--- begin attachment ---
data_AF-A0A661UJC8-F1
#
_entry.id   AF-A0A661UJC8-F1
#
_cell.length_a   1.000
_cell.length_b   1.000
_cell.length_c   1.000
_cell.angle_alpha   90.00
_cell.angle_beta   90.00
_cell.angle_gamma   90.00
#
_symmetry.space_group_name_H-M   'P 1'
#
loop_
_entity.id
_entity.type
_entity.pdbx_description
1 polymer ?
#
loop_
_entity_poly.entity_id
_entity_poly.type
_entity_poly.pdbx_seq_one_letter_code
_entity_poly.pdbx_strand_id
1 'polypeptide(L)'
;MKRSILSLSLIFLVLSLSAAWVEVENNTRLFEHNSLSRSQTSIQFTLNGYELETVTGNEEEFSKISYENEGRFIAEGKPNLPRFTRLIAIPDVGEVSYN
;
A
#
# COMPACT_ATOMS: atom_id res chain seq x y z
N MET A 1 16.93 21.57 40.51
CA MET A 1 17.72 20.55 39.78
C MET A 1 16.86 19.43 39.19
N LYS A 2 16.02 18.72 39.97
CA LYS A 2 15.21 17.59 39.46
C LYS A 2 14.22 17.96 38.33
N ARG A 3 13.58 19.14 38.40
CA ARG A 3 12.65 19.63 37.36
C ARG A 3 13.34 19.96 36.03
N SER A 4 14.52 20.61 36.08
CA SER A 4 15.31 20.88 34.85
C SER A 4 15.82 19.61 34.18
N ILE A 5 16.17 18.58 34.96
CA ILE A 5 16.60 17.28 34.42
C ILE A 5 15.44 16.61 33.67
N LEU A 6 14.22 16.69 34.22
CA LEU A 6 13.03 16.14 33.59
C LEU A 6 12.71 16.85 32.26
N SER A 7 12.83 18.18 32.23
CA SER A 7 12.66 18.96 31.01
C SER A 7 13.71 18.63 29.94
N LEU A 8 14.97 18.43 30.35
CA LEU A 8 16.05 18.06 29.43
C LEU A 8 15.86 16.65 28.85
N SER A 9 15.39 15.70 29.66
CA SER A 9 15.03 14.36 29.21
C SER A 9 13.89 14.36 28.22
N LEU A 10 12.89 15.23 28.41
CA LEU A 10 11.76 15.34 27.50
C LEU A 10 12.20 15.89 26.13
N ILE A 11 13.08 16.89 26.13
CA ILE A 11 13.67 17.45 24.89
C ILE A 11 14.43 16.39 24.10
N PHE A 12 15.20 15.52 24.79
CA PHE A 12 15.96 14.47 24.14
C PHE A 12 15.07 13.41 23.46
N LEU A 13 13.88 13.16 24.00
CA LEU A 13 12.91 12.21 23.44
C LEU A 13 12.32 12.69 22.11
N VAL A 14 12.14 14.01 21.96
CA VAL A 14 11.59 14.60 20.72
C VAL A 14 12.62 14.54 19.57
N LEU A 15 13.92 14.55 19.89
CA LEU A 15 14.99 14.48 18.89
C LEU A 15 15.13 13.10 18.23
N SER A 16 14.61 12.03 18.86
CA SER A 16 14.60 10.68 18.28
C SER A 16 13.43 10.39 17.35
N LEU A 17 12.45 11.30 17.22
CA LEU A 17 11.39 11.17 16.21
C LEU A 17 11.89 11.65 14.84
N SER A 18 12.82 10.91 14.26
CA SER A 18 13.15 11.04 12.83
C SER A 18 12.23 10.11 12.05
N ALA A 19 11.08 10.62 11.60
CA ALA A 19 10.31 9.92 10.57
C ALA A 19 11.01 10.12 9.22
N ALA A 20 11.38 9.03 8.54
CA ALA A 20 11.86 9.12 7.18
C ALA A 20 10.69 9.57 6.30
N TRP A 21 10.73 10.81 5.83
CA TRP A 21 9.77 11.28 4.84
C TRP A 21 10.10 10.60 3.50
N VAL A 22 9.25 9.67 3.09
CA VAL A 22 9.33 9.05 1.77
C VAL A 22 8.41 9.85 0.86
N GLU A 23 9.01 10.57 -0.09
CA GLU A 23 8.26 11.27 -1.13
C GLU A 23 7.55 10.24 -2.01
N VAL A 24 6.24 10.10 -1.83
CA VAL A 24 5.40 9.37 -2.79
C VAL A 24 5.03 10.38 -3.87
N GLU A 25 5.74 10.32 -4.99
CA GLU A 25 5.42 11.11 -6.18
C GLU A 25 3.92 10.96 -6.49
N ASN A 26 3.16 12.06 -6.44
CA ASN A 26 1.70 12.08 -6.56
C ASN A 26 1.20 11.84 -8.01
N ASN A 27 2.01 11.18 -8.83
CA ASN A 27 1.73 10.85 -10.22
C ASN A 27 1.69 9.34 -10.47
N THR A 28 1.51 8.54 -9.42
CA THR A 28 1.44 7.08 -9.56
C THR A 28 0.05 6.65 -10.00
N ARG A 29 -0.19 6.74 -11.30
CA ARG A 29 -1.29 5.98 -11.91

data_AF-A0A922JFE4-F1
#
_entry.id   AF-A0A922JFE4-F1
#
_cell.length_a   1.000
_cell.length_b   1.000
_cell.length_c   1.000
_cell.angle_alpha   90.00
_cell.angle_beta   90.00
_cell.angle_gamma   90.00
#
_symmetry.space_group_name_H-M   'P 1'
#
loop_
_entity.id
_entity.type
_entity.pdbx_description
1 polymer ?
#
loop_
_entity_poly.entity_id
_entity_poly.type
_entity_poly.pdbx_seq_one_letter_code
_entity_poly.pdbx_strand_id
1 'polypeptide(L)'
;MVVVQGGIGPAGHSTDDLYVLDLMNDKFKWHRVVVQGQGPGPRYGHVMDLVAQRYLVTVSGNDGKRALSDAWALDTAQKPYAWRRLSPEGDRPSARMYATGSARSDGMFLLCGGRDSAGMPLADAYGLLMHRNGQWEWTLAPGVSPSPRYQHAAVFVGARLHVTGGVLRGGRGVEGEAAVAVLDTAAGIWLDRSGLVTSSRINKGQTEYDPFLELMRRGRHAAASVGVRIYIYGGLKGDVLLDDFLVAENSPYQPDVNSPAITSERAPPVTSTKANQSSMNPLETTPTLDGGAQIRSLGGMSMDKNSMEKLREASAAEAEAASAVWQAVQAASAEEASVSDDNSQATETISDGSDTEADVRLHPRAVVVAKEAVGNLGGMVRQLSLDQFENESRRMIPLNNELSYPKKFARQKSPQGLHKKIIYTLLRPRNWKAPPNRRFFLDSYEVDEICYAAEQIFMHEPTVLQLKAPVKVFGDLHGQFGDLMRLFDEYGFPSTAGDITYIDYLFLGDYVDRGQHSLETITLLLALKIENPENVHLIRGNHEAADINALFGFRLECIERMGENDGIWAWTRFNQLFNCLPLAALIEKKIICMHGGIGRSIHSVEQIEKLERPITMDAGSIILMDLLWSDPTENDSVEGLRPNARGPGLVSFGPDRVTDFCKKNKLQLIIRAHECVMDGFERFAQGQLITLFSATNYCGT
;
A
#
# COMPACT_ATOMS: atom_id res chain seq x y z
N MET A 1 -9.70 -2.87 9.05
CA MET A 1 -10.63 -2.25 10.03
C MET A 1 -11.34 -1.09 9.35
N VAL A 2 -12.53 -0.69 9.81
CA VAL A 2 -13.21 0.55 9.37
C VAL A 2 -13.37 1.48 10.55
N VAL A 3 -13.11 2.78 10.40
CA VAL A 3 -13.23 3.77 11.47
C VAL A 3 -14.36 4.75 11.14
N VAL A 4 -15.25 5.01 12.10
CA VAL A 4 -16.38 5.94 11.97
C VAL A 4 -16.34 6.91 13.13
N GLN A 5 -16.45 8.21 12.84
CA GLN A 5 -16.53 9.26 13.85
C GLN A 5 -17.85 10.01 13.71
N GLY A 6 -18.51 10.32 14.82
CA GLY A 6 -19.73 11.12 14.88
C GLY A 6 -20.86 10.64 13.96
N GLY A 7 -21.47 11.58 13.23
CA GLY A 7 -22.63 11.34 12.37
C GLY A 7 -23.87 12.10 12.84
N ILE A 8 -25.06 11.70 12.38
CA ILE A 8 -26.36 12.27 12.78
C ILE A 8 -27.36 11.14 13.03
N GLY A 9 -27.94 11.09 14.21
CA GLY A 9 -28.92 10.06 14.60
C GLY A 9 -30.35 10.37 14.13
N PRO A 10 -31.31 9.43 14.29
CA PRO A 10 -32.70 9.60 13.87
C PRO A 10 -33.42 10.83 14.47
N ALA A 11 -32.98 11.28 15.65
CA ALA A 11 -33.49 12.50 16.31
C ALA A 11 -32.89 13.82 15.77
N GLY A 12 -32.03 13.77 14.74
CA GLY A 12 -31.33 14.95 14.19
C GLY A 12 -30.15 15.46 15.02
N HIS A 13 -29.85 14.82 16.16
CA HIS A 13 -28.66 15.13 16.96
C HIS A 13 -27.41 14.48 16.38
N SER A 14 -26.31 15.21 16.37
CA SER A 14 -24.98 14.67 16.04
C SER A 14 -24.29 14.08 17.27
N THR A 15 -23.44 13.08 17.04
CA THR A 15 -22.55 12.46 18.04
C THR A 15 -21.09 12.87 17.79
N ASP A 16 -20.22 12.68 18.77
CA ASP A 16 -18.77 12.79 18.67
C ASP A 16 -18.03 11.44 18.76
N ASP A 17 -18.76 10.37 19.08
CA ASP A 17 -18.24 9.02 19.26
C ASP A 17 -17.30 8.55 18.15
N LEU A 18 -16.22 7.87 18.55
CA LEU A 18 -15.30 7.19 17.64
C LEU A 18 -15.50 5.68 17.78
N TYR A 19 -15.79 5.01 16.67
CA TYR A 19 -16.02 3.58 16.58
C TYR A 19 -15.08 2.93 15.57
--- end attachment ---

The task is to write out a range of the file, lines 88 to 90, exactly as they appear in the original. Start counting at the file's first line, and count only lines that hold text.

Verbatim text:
N ALA A 20 11.38 9.03 8.54
CA ALA A 20 11.86 9.12 7.18
C ALA A 20 10.69 9.57 6.30